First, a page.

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- Jan 23, 2004
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more: http://english.pravda.ru/opinion/columnists/89728-0/American radio icon Don Imus disgraced, fired after threat to reveal 9/11 secrets
In a clear sign of its intent to reign in dissident American media personalities, and their growing influence in American culture, US War Leaders this past week launched an unprecedented attack upon one of their most politically 'connected', and legendary, radio hosts named Don Imus after his threats to release information relating to the September 11, 2001 attacks upon that country.
According to European reports of the events surrounding Don Imus that have gripped the United States this past week, it was during an interview with another American media personality, Tim Russert, who is the host of a television programme frequently used by US War Leaders, wherein while decrying the state of care being given to American War wounded stated, "So those bastards want to keep these boys [in reference to US Soldiers] secret? Let's see how they like it if I start talking about their [in reference to US War Leaders] secrets, starting with 9/11."
Unable to attack such a powerful media figure as Don Imus, directly, the US War Leaders, and as we have seen many times before, resorted to a massive media attack against him using as the reason a racial slur against a US woman's basketball team, but which has been pointed out by other media outlets was not by any means a rare occurrence for the legendary radio icon to make.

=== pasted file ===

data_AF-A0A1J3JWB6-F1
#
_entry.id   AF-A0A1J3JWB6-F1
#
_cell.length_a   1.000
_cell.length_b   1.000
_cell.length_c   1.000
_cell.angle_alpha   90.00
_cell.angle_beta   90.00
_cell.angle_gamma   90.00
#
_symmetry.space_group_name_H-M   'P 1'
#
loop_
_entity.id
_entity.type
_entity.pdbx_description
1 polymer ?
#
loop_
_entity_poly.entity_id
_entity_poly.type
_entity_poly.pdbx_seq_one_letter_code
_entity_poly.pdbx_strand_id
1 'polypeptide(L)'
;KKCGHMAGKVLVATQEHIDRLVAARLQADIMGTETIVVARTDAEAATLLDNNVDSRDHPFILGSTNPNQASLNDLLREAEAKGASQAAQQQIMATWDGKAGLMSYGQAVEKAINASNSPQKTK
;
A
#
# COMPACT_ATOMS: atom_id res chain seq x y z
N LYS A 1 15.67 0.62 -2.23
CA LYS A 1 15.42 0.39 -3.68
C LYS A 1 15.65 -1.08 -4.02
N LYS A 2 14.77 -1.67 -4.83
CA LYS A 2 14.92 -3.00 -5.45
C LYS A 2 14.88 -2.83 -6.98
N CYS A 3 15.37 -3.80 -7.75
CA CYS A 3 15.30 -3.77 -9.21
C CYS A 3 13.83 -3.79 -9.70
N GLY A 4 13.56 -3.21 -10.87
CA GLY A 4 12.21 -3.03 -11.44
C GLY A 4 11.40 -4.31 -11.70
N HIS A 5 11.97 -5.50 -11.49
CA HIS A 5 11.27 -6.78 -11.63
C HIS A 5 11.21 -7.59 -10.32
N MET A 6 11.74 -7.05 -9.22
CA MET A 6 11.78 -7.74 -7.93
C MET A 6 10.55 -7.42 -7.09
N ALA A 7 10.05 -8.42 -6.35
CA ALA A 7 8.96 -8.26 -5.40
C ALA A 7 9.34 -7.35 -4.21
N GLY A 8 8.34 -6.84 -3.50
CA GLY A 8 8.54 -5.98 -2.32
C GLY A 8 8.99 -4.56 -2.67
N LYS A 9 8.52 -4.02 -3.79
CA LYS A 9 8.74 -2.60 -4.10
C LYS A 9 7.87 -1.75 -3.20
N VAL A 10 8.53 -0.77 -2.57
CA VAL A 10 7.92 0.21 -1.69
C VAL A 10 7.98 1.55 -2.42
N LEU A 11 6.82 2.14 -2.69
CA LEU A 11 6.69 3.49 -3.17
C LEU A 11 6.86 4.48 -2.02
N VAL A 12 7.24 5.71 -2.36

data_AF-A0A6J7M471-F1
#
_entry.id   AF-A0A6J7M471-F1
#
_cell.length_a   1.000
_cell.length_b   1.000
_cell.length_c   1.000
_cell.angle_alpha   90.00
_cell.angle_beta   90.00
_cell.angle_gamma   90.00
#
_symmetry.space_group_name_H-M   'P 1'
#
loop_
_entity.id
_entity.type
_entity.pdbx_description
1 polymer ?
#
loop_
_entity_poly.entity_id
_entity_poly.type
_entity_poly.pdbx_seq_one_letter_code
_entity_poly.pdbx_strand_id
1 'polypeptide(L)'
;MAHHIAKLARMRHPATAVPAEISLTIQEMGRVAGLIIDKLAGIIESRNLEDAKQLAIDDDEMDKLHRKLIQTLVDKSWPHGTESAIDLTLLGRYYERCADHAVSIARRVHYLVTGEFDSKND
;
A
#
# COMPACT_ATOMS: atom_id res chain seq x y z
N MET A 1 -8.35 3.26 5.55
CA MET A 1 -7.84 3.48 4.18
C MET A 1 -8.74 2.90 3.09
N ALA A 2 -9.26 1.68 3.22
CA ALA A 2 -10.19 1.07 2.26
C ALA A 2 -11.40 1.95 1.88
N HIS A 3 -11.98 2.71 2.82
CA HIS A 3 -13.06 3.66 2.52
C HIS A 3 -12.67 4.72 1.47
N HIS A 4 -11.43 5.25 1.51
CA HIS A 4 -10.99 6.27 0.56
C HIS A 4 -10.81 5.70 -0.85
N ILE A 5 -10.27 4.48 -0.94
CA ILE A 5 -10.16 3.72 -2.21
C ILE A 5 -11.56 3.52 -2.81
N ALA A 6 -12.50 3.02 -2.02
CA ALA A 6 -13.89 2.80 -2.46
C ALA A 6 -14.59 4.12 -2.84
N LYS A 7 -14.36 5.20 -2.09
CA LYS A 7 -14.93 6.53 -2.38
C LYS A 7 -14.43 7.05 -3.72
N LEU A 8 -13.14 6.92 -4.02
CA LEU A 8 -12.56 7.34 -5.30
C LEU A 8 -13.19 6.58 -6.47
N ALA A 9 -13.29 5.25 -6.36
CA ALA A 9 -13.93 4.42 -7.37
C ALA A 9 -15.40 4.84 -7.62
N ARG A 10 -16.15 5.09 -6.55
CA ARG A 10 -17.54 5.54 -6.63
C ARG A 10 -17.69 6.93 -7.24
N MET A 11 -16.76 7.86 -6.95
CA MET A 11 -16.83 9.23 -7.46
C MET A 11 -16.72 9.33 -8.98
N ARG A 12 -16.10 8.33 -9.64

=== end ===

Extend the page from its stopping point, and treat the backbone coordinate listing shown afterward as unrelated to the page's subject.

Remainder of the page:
WashPost Columnist Colbert King: Bash Imus, Don't Change the Subject to Rap, Sharptonhttp://wcbstv.com/topstories/local_story_104002437.html
He also claims that he has no assets and that the expensive watches he wears are owned by a corporation.
He's confusing 'changing the subject' with MAKING A GOOD POINT.WashPost Columnist Colbert King: Bash Imus, Don't Change the Subject to Rap, Sharpton
Posted by Tim Graham on April 14, 2007 - 22:56.
Washington Post columnist Colbert King used his usual top-of-the-op-ed-page column on Saturday to bashing Don Imus and anyone who would shift the subject to vicious rap lyrics, "as if that absolves the 66-year-old broadcaster of marking the young collegians with a despicable label." He didn't want anyone changing the subject to Al Sharpton or Jesse Jackson either:
To shift the argument, as some have done, from Imus to the legitimacy of the Revs. Al Sharpton and Jesse Jackson criticizing Imus, given their own past insensitive remarks, is a smoke screen. The National Association of Black Journalists led the outcry against Imus. We didn't need Sharpton or Jackson to tell us how we should feel about Imus's insults or how to recognize what is morally wrong.
So the natural question is: has Colbert King ever criticized a rapper? Or Al Sharpton?
I went into the Nexis news-data retrieval system to find out. A search for the terms Colbert King and words beginning with "rap" brought six mentions of "rape" or "rapture," but not "rap." How about Colbert King and music? Six mentions, no actual King columns. Colbert King and Sharpton? Nothing. This made me suspect the worst outcome: King's weekly columns aren't in Nexis.
Sure enough, search just for Colbert King and only 85 articles appear, including, oddly enough, piles of letters praising or opposing his columns. He won the 2003 Pulitzer Prize for Commentary, but the Washington Post doesn't somehow get his columns included in Nexis? Weird.